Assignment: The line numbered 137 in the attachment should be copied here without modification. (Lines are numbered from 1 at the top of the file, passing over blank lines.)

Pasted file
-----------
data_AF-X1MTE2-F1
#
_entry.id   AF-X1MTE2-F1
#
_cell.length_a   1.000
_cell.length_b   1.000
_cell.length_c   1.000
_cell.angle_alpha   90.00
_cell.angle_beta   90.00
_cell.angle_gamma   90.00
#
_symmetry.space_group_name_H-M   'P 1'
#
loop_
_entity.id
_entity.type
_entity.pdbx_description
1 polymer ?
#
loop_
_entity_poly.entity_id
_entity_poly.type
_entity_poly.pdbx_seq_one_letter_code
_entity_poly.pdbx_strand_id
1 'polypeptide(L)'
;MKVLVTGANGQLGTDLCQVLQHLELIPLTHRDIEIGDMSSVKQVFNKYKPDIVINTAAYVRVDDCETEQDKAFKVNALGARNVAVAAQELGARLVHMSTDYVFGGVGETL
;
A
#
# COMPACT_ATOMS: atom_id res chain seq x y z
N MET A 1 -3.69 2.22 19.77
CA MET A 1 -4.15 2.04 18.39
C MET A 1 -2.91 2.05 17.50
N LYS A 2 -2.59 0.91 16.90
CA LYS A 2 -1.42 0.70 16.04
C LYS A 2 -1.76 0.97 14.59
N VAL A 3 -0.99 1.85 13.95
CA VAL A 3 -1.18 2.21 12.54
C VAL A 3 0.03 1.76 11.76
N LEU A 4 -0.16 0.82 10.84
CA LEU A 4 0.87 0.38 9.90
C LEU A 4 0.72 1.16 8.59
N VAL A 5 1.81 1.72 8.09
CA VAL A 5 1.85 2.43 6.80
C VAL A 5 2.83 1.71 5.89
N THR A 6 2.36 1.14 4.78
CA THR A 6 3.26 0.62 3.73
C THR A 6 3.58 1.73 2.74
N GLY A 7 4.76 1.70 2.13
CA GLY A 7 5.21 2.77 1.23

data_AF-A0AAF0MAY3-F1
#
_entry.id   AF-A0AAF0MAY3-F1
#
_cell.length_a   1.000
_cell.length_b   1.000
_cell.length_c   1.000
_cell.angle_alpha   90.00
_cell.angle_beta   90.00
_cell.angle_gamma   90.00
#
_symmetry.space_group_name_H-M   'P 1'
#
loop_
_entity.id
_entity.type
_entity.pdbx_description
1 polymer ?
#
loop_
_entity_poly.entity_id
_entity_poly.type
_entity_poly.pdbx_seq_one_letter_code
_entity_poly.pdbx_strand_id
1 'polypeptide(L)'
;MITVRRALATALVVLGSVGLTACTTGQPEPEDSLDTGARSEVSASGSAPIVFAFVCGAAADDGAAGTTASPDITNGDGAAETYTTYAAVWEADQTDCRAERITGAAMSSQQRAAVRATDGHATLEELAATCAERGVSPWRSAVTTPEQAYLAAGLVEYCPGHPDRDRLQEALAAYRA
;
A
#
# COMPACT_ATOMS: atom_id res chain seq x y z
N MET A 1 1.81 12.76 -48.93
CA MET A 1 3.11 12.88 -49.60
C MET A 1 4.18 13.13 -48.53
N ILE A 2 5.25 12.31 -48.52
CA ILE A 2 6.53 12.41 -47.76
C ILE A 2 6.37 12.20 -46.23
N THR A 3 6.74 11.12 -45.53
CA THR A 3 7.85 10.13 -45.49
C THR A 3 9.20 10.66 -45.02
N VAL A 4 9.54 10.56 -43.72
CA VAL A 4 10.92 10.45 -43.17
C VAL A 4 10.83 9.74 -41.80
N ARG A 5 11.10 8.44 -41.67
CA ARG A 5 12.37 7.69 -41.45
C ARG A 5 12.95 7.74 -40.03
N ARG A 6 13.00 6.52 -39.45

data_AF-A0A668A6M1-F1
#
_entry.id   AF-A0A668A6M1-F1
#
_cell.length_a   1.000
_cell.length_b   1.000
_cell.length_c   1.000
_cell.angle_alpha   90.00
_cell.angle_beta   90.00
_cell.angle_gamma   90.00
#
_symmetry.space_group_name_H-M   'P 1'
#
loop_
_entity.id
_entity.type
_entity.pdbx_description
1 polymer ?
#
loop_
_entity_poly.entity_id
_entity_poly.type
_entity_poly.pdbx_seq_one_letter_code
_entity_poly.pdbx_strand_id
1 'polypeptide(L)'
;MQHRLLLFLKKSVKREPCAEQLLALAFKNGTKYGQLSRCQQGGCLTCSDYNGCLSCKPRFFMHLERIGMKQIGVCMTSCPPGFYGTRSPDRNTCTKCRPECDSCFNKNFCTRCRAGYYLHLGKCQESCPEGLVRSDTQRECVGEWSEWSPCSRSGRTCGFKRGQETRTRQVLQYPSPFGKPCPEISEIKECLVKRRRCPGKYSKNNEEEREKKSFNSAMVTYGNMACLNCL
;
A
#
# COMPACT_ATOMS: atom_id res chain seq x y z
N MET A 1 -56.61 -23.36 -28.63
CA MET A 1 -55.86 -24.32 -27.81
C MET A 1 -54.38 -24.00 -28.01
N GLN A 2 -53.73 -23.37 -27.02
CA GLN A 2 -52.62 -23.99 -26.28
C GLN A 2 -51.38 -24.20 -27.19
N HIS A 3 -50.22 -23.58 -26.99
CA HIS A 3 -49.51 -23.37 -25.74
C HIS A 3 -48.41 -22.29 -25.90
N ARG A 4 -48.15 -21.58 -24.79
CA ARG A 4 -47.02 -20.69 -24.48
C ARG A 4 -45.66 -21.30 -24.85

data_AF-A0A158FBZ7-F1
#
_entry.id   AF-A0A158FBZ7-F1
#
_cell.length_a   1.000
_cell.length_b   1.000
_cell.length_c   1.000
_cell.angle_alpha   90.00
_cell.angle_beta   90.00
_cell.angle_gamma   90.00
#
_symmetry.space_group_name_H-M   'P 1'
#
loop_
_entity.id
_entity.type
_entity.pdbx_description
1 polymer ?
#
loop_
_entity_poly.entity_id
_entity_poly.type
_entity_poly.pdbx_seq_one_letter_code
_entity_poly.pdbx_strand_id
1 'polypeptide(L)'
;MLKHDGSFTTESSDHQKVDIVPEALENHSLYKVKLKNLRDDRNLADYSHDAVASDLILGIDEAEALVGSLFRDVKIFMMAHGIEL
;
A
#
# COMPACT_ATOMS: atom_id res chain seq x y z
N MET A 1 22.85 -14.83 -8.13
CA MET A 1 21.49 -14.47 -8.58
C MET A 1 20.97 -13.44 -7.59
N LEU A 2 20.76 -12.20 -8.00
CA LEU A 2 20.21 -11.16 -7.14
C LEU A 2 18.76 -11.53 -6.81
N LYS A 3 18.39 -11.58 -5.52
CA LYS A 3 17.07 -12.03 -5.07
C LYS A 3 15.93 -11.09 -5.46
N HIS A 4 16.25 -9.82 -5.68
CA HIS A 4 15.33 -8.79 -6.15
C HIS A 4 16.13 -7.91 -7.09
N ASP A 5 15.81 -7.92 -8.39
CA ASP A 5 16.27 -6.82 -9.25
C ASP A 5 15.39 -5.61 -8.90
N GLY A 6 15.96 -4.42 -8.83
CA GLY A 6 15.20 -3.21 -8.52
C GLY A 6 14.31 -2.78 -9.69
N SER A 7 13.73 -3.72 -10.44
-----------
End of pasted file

CA ARG A 4 -47.02 -20.69 -24.48